Fernando Boaglio posted on Mon, 24 Jan 2011 13:41:59 -0200 as excerpted:
> I did, same thing:
> fb@de09 ~/eclipse $ ./eclipse -vm /opt/icedtea6-bin-1.9.4/bin/java
> -vmargs -Xms1024M -Xmx1024M -XX:PermSize=256M -XX:MaxPermSize=256M
> *** glibc detected *** /opt/icedtea6-bin-1.9.4/bin/java: free(): invalid
> pointer: 0x00000000033244c0 ***
Two notes, here:
1) I don't know about sunjdk as there's license issues such that I won't
install it, but the iced-tea6-bin package, while free, is a pre-compiled
binary install. As such, revdep-rebuild won't be able to do anything for
it as it'll just reinstall the same binary, so the package installs a
revdep-rebuild control file so revdep-rebuild skips checking it, to
prevent reinstalls that wouldn't fix anything.
FWIW there's the icedtea package for from-source building, but the build-
process is said to be quite convoluted, many dependencies, etc., thus the
binary package option.
If the sunjdk package similarly has binary components, since that's what
originally triggered the bug, that /might/ be your issue. However, I
don't know that it does.
2) What version of glibc do you have? Unless you're running ~arch or even
masked/live, this probably doesn't apply, but... LWN article posted Nov
10, 2010 about a glibc change to memcpy behavior when used in a context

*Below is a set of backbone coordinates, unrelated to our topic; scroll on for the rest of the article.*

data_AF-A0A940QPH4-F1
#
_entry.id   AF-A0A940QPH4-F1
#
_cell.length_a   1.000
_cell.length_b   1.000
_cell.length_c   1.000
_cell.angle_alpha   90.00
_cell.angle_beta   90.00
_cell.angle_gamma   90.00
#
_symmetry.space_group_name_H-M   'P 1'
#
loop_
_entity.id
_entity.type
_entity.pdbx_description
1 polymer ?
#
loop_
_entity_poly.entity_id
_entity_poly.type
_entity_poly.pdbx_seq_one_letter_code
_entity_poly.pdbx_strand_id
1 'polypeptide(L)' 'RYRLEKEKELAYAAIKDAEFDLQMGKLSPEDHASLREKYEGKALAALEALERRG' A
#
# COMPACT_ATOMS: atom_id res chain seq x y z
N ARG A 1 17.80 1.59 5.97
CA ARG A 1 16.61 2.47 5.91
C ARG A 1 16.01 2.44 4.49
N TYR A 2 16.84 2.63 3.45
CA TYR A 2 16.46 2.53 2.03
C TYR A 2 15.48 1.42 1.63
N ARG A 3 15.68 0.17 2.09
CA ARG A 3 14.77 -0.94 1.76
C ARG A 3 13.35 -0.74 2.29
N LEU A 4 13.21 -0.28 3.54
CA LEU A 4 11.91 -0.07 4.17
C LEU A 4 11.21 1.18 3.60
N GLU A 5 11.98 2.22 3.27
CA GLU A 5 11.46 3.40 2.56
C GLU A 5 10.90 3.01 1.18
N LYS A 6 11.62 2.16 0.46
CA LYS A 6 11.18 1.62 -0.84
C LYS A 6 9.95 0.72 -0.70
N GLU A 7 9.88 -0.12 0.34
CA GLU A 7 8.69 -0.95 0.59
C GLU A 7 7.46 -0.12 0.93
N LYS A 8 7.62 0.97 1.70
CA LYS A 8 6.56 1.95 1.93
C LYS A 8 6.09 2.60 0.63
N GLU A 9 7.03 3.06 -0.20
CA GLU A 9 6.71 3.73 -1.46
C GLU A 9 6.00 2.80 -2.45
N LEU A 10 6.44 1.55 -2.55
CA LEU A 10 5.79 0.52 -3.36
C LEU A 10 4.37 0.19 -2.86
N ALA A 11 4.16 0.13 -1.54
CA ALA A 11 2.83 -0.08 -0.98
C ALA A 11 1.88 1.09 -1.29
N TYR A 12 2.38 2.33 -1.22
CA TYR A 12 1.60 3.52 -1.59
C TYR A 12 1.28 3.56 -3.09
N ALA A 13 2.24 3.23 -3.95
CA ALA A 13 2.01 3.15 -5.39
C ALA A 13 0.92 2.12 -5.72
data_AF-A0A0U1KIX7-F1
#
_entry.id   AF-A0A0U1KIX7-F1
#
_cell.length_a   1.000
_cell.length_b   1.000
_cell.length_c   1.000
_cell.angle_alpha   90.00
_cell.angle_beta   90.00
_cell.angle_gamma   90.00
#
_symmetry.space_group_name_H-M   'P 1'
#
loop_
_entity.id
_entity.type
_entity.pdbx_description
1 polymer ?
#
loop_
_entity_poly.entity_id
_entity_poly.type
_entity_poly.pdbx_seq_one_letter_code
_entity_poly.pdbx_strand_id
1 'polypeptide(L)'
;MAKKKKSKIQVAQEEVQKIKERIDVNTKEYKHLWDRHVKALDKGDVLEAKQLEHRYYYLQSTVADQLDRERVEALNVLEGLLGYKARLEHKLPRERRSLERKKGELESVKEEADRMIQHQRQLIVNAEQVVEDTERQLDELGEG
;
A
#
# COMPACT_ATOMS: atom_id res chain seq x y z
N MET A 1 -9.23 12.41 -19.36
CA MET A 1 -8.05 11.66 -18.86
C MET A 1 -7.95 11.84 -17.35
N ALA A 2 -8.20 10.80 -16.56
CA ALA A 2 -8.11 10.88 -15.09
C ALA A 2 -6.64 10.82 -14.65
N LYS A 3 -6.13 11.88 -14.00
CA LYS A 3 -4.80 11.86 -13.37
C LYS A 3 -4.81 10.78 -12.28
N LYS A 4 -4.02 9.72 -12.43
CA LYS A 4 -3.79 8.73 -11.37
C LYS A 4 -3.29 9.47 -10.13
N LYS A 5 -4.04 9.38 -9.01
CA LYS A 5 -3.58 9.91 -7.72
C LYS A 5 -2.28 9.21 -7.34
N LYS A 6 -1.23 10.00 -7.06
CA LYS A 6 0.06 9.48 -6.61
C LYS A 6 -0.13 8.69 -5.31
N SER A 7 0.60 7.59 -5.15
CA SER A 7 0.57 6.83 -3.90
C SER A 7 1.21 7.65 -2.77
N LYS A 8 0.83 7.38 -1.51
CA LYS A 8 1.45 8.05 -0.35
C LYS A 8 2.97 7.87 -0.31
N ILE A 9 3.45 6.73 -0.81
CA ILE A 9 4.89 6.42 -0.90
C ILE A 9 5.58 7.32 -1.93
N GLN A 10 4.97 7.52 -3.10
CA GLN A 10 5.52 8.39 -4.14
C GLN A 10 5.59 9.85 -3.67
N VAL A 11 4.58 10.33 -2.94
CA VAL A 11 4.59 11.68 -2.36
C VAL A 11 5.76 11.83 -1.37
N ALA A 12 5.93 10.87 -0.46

with specifically undefined behavior:
Also see the Nov 24, 2010 longer LWN commentary article, which covers both
the glibc change and a kernel behavior change, examining how they were
handled when found to break things, etc.
FWIW, I'm with the glibc folks here. The behavior is specifically said to
be undefined when the memory regions overlap, and think about it, if your
memory source and destination regions overlap, by definition it's not a
simple copy anyway, as the data in the source region has changed at the
end and with a simple copy, it should intuitively be the same as it was --
unless you overlap the copies, but then that's not a simple copy so
shouldn't be using the copy function! Duh!
The kernel thing is specifically different, in part because Linus has
established clear rules about breaking the kernel/userspace interface (in
a word, don't!) -- part of the reason that change was reverted. If it had
instead been specifically documented as changeable, much like the kernel's
internal interfaces are (much to the dismay of many closed-source kernel
module devs)... the outcome there would likely have been similar to the
Duncan - List replies preferred. No HTML msgs.
"Every nonfree program has a lord, a master --
and if you use the program, he is your master." Richard Stallman